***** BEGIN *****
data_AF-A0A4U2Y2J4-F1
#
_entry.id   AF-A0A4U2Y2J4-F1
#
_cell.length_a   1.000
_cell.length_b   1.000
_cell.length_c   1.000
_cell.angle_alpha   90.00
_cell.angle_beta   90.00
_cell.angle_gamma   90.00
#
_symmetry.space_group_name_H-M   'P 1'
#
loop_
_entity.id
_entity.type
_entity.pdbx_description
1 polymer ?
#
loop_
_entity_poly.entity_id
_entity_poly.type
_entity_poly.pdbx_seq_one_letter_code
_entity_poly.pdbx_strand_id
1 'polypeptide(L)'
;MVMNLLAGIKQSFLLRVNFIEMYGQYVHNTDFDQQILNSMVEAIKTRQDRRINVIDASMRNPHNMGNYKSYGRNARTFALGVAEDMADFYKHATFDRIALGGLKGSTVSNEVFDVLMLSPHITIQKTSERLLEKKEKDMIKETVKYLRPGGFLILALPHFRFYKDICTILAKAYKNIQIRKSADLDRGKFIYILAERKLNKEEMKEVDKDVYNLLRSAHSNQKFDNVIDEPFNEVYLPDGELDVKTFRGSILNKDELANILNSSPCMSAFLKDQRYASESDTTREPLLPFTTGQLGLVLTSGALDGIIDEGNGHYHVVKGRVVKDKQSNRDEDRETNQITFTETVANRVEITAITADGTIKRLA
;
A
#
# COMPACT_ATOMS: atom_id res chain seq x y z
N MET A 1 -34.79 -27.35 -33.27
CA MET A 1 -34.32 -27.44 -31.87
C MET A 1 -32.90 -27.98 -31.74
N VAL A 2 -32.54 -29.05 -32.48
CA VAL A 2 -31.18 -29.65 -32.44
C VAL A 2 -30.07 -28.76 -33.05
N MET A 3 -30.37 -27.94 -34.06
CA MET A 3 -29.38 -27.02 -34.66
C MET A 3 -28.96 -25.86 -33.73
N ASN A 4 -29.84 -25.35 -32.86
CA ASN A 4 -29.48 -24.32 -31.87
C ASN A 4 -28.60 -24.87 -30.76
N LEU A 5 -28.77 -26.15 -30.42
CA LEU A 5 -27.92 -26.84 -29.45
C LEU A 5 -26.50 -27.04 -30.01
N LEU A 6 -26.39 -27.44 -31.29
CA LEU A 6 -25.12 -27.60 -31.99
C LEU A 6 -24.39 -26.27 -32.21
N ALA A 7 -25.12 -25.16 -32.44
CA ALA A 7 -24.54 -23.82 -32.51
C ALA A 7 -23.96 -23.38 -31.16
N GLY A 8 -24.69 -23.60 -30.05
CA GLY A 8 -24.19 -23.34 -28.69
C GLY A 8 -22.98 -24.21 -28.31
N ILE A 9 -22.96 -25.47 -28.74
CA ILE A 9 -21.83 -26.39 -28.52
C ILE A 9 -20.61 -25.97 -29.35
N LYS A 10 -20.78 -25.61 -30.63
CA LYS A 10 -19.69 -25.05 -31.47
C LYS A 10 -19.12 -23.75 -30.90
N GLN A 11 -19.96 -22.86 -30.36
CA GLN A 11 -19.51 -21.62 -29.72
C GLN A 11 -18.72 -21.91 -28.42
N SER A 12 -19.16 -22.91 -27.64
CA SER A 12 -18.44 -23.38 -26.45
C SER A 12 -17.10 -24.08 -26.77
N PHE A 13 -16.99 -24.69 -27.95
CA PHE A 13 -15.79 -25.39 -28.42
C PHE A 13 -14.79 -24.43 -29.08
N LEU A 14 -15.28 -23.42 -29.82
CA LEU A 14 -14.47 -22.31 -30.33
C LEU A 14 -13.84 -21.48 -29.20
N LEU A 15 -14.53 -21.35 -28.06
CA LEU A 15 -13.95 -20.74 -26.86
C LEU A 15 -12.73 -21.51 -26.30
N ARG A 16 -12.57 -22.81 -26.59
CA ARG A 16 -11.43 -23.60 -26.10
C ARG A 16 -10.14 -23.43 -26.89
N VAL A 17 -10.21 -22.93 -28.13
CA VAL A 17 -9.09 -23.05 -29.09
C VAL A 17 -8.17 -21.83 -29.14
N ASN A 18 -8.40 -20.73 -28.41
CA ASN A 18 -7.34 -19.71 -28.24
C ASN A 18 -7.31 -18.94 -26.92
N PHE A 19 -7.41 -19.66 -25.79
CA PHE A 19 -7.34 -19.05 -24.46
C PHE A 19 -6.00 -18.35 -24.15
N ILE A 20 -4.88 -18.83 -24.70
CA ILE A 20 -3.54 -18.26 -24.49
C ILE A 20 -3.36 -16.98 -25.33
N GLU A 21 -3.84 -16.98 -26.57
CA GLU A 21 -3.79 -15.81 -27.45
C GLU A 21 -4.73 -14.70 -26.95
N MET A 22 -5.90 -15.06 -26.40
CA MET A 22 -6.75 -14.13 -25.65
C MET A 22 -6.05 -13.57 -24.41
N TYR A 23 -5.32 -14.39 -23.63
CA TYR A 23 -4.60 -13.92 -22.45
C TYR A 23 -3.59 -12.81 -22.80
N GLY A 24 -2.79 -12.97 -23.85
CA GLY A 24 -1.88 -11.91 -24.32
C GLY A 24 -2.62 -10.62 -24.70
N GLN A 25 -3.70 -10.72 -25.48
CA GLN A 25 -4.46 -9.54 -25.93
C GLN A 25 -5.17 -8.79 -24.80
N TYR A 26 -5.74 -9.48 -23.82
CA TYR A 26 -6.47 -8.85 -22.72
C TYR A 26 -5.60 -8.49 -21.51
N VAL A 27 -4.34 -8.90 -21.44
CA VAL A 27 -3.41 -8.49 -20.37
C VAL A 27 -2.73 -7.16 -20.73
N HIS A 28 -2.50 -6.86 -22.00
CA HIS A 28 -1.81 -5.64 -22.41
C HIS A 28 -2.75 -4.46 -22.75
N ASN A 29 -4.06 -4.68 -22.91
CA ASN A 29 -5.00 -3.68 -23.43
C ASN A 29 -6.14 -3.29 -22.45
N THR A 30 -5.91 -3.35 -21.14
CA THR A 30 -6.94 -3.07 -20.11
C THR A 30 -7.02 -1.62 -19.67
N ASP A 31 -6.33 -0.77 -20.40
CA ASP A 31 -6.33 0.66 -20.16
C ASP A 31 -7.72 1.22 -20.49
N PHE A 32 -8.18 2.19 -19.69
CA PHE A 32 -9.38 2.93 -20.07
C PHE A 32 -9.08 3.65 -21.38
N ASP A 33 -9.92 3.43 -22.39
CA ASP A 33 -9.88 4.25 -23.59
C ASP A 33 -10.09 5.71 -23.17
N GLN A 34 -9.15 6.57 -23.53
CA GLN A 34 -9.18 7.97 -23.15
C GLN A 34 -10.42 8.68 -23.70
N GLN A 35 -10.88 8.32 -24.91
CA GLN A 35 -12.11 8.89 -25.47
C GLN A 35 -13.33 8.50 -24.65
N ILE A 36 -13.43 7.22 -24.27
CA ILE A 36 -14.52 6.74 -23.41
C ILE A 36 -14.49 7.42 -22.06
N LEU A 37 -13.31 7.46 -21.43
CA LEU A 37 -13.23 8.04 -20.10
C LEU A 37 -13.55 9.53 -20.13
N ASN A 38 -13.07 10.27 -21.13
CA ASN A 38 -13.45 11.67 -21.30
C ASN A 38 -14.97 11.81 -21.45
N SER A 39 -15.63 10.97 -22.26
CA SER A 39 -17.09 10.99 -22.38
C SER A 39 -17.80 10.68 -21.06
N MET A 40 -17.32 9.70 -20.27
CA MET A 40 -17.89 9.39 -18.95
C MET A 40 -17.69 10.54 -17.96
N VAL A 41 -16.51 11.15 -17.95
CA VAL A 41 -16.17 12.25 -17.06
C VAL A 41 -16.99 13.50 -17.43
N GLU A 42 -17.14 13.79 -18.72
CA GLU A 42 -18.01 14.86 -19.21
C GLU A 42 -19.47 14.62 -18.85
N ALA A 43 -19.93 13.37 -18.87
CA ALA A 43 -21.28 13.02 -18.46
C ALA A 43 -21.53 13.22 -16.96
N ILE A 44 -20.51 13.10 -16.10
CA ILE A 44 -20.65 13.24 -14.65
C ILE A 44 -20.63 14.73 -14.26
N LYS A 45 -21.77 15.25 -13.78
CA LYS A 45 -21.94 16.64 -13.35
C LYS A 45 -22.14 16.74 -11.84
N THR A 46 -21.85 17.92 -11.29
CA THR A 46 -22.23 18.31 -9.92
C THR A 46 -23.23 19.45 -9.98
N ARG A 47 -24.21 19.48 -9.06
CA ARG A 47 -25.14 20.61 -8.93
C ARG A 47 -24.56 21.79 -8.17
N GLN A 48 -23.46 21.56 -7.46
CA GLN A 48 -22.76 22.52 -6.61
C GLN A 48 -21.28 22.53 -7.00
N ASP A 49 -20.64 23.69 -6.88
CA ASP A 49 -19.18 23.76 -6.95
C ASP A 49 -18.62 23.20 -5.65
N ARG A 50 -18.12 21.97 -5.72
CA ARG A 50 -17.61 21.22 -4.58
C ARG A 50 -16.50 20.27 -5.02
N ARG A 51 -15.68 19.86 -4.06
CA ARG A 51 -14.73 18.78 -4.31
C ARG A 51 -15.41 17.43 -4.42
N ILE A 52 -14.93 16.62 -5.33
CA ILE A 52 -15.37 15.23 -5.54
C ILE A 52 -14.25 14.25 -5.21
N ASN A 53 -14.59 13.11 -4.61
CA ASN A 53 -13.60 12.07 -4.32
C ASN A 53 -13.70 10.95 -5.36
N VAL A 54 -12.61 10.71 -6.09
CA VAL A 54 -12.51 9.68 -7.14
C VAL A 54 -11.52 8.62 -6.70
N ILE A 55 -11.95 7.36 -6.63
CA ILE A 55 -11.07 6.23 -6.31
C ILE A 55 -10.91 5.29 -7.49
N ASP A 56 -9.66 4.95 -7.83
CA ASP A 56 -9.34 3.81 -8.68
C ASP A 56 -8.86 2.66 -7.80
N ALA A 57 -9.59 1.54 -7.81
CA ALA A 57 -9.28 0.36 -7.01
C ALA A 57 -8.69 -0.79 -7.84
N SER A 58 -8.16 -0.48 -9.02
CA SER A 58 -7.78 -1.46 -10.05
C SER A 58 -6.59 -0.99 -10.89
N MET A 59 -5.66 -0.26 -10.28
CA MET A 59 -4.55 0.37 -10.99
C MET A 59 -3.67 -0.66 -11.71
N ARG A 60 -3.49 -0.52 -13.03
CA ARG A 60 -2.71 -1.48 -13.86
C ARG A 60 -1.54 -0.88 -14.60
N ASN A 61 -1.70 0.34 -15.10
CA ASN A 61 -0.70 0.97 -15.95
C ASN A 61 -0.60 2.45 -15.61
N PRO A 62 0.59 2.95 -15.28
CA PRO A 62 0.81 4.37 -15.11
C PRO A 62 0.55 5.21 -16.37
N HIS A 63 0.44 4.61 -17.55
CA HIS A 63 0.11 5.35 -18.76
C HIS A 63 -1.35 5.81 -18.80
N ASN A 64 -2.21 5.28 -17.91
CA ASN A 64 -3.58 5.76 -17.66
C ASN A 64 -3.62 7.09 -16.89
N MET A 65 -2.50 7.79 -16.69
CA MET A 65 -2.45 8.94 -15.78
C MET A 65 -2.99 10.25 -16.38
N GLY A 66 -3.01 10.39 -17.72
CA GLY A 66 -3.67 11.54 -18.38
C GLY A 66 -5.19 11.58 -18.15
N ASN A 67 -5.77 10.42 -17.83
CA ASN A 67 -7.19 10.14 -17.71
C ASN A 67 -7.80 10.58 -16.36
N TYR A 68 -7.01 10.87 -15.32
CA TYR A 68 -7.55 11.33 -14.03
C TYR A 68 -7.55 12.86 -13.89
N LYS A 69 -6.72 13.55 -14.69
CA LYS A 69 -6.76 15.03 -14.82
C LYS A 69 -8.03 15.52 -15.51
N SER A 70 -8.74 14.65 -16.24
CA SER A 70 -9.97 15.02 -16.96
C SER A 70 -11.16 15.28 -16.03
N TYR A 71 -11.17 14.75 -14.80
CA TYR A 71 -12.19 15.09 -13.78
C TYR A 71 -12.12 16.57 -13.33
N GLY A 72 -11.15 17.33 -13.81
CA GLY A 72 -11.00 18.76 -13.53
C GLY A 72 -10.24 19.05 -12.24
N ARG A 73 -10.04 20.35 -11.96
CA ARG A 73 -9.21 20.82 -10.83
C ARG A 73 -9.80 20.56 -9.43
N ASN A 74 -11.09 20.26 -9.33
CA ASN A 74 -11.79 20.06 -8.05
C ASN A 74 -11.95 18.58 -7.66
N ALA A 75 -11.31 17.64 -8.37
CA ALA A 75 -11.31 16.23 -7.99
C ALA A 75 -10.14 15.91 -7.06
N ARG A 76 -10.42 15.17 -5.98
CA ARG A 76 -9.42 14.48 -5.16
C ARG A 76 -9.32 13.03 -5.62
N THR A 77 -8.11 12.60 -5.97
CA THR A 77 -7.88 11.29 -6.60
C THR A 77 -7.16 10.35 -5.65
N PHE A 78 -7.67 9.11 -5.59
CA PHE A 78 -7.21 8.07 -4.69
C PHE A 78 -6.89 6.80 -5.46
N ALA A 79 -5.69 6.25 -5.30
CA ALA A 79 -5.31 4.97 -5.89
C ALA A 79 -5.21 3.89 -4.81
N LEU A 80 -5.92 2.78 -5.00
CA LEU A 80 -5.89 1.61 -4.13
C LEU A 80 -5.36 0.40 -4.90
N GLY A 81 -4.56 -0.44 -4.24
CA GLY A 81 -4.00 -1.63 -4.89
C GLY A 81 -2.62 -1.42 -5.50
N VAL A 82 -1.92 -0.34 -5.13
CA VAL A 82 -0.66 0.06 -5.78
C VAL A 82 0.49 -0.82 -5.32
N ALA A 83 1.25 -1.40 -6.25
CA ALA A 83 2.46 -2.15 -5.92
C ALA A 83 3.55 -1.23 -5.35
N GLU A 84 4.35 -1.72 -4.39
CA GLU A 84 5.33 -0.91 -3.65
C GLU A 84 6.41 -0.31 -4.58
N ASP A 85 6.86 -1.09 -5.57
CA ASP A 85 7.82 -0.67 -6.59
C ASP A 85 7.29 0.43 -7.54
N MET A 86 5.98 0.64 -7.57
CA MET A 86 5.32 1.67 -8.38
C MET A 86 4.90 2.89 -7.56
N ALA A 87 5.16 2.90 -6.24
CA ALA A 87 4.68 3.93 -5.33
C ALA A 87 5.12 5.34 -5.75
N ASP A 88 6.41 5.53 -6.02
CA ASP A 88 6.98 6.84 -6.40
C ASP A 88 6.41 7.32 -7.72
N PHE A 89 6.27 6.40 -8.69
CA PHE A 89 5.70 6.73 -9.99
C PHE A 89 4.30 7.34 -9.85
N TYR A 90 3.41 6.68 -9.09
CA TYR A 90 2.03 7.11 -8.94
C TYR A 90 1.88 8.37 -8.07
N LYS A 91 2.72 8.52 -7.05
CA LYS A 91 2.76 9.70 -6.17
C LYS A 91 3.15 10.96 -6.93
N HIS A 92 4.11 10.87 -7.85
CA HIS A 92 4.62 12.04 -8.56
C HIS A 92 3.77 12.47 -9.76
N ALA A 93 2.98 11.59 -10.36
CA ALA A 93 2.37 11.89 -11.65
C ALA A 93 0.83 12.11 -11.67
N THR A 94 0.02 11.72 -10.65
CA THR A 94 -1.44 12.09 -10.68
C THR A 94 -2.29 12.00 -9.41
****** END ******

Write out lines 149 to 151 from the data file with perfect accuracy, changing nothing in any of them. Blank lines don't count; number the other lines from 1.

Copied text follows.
CA MET A 40 -17.89 9.39 -18.95
C MET A 40 -17.69 10.54 -17.96
N VAL A 41 -16.51 11.15 -17.95